In California water news this weekend, DWR plans to drop Lake Oroville levels; Warming drives spread of toxic algae in the US, researchers say; California has 27 million more dead trees then in 2016, but the numbers may be easing in some areas; In the Southwest, ‘drought’ doesn’t tell the whole story; Fire crews to battle dry, breezy conditions across western US into next week; Trump administration floats changes to environmental review standards; and more …
In the news this weekend …
DWR plans to drop Lake Oroville levels: “The state Department of Water Resources announced plans on Friday to draw Lake Oroville down to 808 feet elevation by early next week. This is to provide a second point of access to the upper chute of the Oroville Dam spillway, through the radial gates, for construction. Water surpasses the radial gates when the lake reaches 813 feet elevation. “Construction activities on the upper chute of the spillway revealed bedrock conditions that require additional excavation,” the press release from DWR reads. … ” Read more from the Chico Enterprise-Record here: DWR plans to drop Lake Oroville levels
Warming drives spread of toxic algae in the US, researchers say: “The words blasted to cellphones around Oregon’s capital city were ominous: “Civil emergency . prepare for action.” Within half an hour, a second official alert clarified the subject wasn’t impending violence but toxins from an algae bloom, detected in Salem’s water supply. Across the U.S., reservoirs that supply drinking water and lakes used for recreation are experiencing similar events with growing frequency. The trend represents another impact of global warming and raises looming questions about the effects on human health, researchers say. ... ” Read more from the Amador Ledger-Dispatch here: Warming drives spread of toxic algae in the US, researchers say
California has 27 million more dead trees then in 2016, but the numbers may be easing in some areas: “More than 129 million trees died as California’s drought dragged on for years, but those numbers may be starting to level off in some parts of the state. That is, at least for now. Shortchanged on water and nutrients, more and more trees became vulnerable to insect attacks and died. … ” Read more from the Ventura County Star here: California has 27 million more dead trees then in 2016, but the numbers may be easing in some areas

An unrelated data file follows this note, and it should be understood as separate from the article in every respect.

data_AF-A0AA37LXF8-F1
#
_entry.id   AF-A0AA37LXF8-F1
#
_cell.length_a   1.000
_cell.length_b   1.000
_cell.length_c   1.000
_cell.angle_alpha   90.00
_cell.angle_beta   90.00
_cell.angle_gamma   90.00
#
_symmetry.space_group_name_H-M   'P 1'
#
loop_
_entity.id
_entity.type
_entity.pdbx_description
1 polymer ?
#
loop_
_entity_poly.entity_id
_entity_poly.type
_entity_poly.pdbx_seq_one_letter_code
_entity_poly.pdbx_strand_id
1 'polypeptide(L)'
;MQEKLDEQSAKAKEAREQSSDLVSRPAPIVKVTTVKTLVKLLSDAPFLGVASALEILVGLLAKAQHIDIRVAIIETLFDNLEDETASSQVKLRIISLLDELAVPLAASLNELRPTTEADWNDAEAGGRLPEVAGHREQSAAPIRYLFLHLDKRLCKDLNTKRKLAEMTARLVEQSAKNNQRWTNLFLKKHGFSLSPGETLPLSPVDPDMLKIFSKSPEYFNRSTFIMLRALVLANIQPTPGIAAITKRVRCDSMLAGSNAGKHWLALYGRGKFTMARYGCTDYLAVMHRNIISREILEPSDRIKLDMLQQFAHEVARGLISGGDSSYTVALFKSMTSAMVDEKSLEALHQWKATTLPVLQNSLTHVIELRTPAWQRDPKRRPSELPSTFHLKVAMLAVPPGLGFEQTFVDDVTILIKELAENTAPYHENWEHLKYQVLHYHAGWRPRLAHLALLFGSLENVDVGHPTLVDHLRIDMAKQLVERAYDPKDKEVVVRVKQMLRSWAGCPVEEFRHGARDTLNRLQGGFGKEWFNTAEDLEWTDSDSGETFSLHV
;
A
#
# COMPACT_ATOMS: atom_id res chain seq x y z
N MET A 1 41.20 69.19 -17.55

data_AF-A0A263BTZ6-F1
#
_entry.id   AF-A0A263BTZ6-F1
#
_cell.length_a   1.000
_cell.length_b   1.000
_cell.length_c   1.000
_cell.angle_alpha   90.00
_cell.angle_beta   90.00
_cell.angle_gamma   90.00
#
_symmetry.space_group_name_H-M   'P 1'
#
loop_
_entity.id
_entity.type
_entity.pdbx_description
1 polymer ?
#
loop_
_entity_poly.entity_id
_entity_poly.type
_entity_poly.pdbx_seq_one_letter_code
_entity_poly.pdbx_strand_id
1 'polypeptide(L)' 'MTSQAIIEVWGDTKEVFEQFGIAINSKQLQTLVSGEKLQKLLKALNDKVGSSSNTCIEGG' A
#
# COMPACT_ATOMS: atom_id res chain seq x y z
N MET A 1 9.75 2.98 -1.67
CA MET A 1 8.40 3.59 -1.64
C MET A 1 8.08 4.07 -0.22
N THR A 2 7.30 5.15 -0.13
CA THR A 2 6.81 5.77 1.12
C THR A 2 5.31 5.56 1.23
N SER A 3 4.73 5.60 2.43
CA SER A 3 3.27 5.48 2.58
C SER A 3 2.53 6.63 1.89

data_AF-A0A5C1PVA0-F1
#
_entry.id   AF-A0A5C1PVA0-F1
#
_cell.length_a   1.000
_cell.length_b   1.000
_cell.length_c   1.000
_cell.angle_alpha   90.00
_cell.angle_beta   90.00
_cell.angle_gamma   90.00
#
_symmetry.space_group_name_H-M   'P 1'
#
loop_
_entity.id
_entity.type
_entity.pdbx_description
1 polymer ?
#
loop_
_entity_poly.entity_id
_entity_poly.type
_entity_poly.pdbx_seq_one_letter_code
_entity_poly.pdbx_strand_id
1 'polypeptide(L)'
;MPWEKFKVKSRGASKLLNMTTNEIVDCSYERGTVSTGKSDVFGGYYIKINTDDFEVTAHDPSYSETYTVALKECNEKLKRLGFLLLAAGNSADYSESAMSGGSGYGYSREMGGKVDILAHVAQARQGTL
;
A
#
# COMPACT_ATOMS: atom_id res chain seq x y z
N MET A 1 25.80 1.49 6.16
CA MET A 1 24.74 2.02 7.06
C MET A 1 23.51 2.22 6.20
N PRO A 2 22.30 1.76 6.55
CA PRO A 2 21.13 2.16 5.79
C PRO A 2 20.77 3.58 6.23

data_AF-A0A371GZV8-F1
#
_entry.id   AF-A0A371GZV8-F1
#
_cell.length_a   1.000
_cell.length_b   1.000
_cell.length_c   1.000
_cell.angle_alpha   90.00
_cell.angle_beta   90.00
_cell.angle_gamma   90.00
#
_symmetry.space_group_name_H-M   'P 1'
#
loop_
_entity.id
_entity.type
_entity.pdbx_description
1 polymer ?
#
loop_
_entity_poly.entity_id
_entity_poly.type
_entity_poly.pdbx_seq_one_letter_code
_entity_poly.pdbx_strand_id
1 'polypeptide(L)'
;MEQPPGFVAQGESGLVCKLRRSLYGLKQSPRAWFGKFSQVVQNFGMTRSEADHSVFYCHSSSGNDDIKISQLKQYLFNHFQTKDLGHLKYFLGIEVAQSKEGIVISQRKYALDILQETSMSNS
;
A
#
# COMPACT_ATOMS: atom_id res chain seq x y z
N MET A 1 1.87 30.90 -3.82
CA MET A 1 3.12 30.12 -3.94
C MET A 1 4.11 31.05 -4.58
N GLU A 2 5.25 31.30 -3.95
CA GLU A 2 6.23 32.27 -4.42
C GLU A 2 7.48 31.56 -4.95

In the Southwest, ‘drought’ doesn’t tell the whole story: “In early June, more than 1,000 people near Durango, Colorado, had to leave their homes as the 416 Fire swept across the landscape. Following a dismal snowpack, the region experienced a spring so hot and dry that the U.S. Drought Monitor labeled conditions “exceptional drought,” the worst category. … That means humans must adapt to life with less water. “We have to fundamentally change the mindset of the public, and the way we manage this resource,” says Newsha Ajami, a hydrologist and the director of urban water policy at Stanford University’s Water in the West program. “And one of the ways you do it is, you have to change the terminologies that we use in dealing with water.” ... ” Read more from High Country News here: In the Southwest, ‘drought’ doesn’t tell the whole story
Fire crews to battle dry, breezy conditions across western US into next week: “Persistent dryness and localized breezy weather may create difficulties for firefighters battling wildfires across the western United States into early next week. Around one dozen large fires are burning across seven states in the West, including as far north as Washington and Oregon, according to the National Interagency Fire Center. The fires, some of which have been triggered by lightning, have been fueled by the extremely dry brush across the region. ... ” Read more from Accu-Weather here: Fire crews to battle dry, breezy conditions across western US into next week
Trump administration floats changes to environmental review standards: “The Trump administration is considering major changes to the regulations that govern how federal agencies analyze the potential environmental impacts of their decisions. The Council on Environmental Quality (CEQ), the White House agency responsible for coordinating compliance with the National Environmental Policy Act (NEPA), put out a notice Tuesday soliciting input on the matter from the public. “Over the past four decades, CEQ has issued numerous guidance documents but has amended its regulations substantively only once,” the agency said in the notice, due to be published in the Federal Register Wednesday. … ” Read more from The Hill here: Trump administration floats changes to environmental review standards
In commentary this weekend …
Look out, California. More meaningless water restrictions on the way, says Andrea Seastrand: She writes, ““You never let a serious crisis go to waste.” The now famous quote by President Obama’s first Chief of Staff, Rahm Emmanuel, is a tried-and-true tactic for politicians seeking to take advantage of a situation and pass laws to further an extreme agenda that wouldn’t otherwise be possible. Unfortunately for us, nowhere in the United States is this more evident than in California. The recent drought is the latest crisis being used to justify further government control over our lives. A few weeks ago, Gov. Brown quietly signed two bills that will set some of the most stringent water use standards in the country and will have implications for Californians for decades to come. … ” Read more from the San Luis Obispo Tribune here: Look out, California. More meaningless water restrictions on the way
In regional news and commentary this weekend …